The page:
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U.S. Plans Next Move After North Korea Missile; Juncker Furious with No-Show Lawmakers; Stock Price Glitch Spook Tech Investors; WPP CEO: Huge Opportunities to Be Found in Iran; Stella McCartney Turning Ocean Plastic into Fashion. Aired 4-5p ET

Aired July 4, 2017 - 16:00   ET


[16:00:00] RICHARD QUEST, CNN HOST: No trading, but lots of fireworks in the United States. It is of course, fireworks for Independence Day. Today

is Tuesday, it is the fourth of July.

Tonight, missiles with a very different message to the world. North Korea claims it can strike any country on the planet. MEPs go AWOL and Jean

Claude Juncker goes apoplectic. We'll speak to one of the few lawmakers who did turn up when the European Commission President said Parliament was


And one price fits all. The share price glitch that gave tech investors a very nasty fright. I'm Richard Quest working hard on Independence Day

because of course, I mean business.

Good evening, there's no such thing as a holiday, when you are the commander-in-chief. And this fourth of July, this Independence Day, Donald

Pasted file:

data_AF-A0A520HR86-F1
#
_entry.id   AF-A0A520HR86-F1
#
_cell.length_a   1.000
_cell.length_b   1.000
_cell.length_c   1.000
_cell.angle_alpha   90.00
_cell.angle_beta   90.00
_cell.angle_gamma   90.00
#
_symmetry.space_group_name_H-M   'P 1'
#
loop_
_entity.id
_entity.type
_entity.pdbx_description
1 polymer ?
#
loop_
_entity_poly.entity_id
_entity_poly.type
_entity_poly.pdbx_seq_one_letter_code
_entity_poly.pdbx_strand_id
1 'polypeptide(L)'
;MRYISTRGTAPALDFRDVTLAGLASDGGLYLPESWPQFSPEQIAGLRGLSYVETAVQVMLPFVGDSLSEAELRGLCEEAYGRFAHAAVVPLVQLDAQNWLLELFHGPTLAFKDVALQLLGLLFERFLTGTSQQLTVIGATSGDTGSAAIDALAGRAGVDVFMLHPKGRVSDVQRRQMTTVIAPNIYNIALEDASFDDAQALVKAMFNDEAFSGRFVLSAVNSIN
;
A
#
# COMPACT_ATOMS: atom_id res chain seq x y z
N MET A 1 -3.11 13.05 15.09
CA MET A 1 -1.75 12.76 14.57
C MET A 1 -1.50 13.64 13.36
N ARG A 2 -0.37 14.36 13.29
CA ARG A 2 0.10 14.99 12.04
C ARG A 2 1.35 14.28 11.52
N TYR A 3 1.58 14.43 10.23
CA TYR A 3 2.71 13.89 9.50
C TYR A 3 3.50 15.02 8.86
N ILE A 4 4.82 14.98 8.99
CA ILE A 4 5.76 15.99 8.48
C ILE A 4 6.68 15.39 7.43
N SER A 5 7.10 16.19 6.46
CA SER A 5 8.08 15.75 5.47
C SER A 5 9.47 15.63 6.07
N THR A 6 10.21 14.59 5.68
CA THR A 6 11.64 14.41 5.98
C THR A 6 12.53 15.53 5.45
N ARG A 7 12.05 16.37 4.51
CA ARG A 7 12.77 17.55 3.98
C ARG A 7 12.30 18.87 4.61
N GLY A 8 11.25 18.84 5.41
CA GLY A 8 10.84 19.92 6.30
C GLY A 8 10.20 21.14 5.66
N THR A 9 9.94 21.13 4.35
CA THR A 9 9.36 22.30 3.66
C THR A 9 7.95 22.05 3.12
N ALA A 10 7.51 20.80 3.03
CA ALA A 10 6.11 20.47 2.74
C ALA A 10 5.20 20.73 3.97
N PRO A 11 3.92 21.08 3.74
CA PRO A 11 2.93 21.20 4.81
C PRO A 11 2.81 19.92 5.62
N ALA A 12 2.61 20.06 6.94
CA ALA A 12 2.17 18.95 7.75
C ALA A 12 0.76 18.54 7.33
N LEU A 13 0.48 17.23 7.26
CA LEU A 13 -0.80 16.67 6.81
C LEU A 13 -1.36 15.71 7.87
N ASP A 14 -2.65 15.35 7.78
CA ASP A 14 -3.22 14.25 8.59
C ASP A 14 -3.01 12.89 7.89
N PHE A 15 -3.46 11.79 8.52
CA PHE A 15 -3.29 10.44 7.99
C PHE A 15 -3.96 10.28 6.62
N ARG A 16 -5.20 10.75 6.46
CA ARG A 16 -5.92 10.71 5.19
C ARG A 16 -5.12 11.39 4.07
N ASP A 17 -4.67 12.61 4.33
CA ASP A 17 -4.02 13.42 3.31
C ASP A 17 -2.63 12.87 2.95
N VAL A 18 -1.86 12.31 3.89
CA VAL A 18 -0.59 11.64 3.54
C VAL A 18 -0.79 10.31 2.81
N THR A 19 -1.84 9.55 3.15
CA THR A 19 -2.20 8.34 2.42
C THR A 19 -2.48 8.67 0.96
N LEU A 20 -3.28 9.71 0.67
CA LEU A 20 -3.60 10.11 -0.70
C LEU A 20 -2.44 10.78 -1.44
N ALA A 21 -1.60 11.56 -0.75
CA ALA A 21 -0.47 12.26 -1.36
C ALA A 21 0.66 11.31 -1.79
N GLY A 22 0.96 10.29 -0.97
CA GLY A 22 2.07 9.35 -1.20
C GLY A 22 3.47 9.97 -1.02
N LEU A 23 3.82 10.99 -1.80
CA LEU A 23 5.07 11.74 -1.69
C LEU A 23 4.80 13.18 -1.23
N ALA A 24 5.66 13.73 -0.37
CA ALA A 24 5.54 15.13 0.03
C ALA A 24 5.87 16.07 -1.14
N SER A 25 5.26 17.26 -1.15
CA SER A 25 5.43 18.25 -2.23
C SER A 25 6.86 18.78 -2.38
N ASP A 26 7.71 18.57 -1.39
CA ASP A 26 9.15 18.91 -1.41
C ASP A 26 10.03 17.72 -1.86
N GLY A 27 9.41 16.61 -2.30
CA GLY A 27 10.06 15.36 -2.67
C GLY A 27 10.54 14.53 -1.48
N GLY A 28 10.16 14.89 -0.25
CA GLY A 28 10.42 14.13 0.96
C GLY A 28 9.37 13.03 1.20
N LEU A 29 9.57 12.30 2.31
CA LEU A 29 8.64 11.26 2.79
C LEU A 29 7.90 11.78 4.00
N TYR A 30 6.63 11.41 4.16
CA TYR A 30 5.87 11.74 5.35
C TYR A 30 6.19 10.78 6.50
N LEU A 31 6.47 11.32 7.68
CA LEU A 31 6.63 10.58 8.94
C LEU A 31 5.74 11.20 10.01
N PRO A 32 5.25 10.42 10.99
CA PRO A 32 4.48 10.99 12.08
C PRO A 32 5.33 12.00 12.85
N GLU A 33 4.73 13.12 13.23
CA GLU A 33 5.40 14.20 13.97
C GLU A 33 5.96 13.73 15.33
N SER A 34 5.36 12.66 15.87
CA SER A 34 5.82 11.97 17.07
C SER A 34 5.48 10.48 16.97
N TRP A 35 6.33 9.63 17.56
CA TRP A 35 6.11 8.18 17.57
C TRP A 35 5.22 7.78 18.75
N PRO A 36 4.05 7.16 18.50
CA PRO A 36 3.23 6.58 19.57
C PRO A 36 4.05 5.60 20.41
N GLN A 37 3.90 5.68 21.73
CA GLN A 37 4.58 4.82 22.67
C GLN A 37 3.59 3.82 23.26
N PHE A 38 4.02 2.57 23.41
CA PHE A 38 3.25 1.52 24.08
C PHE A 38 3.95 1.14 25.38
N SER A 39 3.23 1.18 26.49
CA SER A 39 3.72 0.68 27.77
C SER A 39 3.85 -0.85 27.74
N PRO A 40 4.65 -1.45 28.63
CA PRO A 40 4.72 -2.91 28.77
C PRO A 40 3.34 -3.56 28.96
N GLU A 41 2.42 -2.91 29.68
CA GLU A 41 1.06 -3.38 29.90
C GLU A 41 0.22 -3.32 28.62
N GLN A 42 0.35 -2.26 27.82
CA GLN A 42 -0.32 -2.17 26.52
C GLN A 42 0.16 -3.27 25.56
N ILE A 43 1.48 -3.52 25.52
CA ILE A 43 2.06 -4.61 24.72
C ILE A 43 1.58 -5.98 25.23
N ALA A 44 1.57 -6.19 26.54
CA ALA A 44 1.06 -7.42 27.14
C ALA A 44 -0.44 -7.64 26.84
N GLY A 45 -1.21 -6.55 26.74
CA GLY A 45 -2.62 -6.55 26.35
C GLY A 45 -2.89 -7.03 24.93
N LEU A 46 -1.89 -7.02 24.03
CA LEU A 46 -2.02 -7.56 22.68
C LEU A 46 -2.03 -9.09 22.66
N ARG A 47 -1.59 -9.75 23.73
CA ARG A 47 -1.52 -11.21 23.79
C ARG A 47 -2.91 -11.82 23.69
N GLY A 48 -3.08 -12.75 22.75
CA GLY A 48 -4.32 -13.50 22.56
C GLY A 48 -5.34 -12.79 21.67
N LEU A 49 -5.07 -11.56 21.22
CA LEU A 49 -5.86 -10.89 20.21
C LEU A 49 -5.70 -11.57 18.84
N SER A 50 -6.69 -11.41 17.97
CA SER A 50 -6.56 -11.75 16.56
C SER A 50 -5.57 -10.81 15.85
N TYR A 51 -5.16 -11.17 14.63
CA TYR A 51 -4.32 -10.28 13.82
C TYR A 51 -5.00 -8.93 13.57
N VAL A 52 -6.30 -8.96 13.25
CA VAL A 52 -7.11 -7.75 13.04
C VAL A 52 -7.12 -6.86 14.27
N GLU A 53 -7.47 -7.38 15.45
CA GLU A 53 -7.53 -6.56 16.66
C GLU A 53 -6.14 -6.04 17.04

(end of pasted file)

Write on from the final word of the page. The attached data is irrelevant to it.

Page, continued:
Trump's security and military advisers are working to head off a threat from the other side of the globe, from North Korea. The latest, U.S.

analysis suggesting that the rocket that Pyongyang launched earlier today, was probably an intercontinental ballistic missile, an ICBM. Officials in

the Trump administration are reviewing all the data available to them. As the President prepares for a second international trip in just a day or so,

North Korea's short cover -- I mean the G-20 overall, but specifically when Mr. Trump meets President Vladimir Putin face-to-face for the first time

later this week.

Jeremy Diamond is with us, from Washington. We spoke a few hours ago, now there seems to be a view that this was an ICBM. The President has always

said -- I mean even if it is a very basic ICBM or the beginnings of a process -- the President has always said he would never let North Korea get

an ICBM. So how does he square this circle?

JEREMY DIAMOND, CNN WHITE HOUSE REPORTER: Well this is certainly a significant escalation, one that the White House today is taking seriously.

You mentioned that assessment right now that it is probable that this is an ICBM that the North Koreans launched. So now the President's national

security team has been having a series of meetings today to discuss possible responses, this is something that we expect the President will

respond to in some kind of way. Some of the options being looked at right now include potential movements of U.S. military forces in the region. So,